(This column was published in the North Shore News on Jan. 16, 2002)

 

The price of prosecution cuts

By Leo Knight

After a decade of the most incompetent government imaginable, Premier Gordon Campbell and his B.C. Liberals are doggedly trying to undo much of the damage done by Messrs. Harcourt, Clark and Dosanjh.

 

There is no doubting the need for Campbell's government to get our collective financial house in order. Last week I discussed the aspect of government priorities in the way any government deals with the public purse. This week we need to look at where the rubber meets the road.

 

There have been some noises coming out of Victoria relating to budget cuts which might affect the Crown's ability to prosecute some types of crimes. This bothers me greatly.

 

Over the course of the past 20 years, stretching back into the years of the final Bill Bennett government, things have been going much, much easier on criminals in general and pedophiles in particular.

 

The genesis of all of this began in 1983 when the Bennett government took away the ability of the police to institute criminal charges and created something called "charge approval" in which the police forward investigative findings to Crown Counsel requesting charges be laid. This is the only province in the country where this occurs. In every other jurisdiction the police lay the appropriate charges at the conclusion of their investigation and the Crown prosecutes the file.

 

The problem with the current situation is that there are no end to the reasons why Crown might boot the recommended charges. Unfortunately, this rarely has anything to do with whether a crime has been committed and there is a case to answer. All too often it has everything to do with dollars and cents.

 

Let's look at a real case example of what I am talking about.

 

Almost two years ago an RCMP detachment on Vancouver Island was investigating a case of sexual assault on a young, pre-pubescent girl. During the investigation, the Mounties seized a computer belonging to their suspect.

 

File officers were forced to send the computer for forensic examination to Ottawa because there was no available local expertise. It took almost a year for the results to return.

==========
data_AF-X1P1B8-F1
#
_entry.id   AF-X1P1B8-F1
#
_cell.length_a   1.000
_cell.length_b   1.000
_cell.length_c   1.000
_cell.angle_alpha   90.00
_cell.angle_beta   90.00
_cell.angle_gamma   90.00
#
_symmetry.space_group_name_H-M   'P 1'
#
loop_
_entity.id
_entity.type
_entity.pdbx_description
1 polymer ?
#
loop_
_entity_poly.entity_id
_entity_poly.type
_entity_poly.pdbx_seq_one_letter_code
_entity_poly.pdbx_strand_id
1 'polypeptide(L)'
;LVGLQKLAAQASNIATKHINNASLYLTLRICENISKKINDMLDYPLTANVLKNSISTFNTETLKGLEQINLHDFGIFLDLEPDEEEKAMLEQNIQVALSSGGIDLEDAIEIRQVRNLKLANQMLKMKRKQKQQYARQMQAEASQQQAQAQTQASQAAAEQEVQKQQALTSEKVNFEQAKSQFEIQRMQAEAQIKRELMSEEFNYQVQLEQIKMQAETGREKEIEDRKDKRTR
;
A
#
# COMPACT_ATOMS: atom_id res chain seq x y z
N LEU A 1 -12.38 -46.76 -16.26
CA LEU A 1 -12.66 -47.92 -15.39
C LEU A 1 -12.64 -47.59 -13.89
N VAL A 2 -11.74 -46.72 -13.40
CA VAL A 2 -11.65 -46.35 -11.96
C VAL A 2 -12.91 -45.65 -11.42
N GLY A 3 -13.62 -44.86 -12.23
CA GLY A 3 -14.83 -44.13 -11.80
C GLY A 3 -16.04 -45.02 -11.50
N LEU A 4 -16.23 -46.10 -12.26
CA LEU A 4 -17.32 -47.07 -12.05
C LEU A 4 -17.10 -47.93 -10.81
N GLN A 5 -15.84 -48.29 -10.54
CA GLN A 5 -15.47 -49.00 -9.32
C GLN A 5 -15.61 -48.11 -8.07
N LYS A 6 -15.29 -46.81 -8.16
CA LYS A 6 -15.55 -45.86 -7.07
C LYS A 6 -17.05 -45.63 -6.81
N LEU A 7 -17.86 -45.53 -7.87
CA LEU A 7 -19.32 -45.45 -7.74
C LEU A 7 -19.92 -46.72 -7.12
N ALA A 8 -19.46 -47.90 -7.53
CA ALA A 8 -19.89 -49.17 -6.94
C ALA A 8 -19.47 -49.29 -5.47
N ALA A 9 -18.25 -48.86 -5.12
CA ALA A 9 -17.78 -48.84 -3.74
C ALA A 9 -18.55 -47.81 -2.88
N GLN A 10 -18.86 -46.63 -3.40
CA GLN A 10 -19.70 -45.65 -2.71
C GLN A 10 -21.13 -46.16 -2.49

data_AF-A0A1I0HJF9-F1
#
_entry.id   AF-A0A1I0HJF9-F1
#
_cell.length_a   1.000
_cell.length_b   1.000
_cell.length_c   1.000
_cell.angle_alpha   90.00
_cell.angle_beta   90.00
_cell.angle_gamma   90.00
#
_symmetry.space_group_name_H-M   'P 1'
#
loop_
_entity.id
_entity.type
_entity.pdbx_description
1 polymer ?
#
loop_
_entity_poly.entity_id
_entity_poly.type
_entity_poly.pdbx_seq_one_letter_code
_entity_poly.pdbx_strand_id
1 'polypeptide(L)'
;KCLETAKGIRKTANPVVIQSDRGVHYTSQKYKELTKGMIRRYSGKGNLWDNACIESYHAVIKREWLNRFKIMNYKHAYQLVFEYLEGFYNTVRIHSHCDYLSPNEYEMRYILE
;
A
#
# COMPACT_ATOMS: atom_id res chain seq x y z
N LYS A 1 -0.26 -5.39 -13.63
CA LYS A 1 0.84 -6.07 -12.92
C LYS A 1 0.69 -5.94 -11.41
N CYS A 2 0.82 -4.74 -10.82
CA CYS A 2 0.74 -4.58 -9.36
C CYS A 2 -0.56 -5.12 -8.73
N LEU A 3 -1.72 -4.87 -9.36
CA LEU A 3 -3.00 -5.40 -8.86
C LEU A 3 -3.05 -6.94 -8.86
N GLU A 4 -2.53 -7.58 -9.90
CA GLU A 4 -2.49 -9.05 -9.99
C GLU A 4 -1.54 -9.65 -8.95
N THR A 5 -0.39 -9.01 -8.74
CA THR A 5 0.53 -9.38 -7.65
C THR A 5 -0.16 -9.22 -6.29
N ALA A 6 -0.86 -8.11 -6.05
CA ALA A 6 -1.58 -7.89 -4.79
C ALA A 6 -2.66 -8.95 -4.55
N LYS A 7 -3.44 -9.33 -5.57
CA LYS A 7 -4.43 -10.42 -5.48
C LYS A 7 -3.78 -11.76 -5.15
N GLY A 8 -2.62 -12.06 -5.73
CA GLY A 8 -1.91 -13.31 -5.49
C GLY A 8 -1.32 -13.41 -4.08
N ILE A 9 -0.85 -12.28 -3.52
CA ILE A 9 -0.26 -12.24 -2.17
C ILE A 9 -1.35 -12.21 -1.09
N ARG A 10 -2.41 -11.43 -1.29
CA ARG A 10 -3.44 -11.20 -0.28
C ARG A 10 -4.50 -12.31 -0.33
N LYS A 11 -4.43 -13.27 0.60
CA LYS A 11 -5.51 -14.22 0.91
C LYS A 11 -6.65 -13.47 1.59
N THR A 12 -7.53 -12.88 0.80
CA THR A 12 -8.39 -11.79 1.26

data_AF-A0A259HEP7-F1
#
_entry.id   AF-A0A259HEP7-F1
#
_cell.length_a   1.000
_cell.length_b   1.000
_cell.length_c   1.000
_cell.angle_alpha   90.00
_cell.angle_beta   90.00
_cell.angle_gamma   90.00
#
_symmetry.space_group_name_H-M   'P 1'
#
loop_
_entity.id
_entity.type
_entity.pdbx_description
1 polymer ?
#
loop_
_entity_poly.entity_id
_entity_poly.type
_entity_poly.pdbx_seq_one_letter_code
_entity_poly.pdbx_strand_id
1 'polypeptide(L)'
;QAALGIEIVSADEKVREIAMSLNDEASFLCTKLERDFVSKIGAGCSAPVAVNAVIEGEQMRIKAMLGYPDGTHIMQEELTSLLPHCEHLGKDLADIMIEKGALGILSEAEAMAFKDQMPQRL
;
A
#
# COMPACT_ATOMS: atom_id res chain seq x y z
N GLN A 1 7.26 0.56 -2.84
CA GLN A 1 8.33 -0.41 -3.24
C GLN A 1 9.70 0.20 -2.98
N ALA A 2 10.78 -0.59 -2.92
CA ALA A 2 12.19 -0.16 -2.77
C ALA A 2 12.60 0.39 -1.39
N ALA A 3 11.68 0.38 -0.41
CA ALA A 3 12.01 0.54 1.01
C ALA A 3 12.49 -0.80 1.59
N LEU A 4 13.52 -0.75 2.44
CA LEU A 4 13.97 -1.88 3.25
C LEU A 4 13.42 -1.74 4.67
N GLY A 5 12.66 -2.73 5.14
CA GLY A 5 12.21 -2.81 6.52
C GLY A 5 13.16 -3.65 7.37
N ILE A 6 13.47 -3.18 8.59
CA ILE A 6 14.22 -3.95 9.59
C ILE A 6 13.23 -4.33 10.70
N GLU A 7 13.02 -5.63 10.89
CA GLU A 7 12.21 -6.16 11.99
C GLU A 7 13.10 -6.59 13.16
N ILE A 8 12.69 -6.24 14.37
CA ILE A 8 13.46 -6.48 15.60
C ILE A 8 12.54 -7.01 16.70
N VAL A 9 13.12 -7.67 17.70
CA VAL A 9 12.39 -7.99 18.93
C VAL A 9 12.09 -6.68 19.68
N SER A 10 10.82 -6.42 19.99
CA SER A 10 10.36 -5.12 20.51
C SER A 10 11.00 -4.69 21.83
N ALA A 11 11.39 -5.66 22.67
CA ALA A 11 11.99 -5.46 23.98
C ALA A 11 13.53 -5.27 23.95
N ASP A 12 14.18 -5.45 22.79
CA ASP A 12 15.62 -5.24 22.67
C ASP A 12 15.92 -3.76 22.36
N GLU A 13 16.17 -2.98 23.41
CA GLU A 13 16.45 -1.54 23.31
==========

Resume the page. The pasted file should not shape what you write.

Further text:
The forensic examination of the hard drive yielded a significant amount of evidence. Specifically, the police found 1,231 digital images of child pornography, 19 videos of bestiality and chat logs generated by the suspect depicting his efforts to find additional children to assault.

 

Charges were recommended by the Mounties of possession and distribution of child pornography. Crown, for its part, agreed to the charges in principle, as long as the Mounties forked over the $3,000 or so it would take to being the expert witness from the forensic lab in Ottawa.

 

The RCMP, already staggering under the weight of federal government budget cuts, said: No, transportation of witnesses is a Crown Counsel budgetary matter, not a police matter.

 

The Crown, not getting their way, simply exercised their discretion to forgo the laying of charges and refused to prosecute. The Mounties railed against the Crown's decision, but under the policy in B.C., there was little they could do.

 

The upshot is that a pedophile will not be prosecuted for the assault on the young girl due to lack of evidence. He will also not be prosecuted for other crimes determined to have taken place during the initial investigation. He is free to prey on other kids in his community and on the Internet. All because of scarce dollars in the justice system.

 

Government spending is all about priorities. And, while it's true the Campbell government is trying to assess those priorities, I would argue you cannot and should not put a price tag on justice.

 

Especially when the protection of children is central to the issue.

 

What price tag should be placed upon that?  

 

-30-

 

 

Primetimecrime current headlines                Columns 2002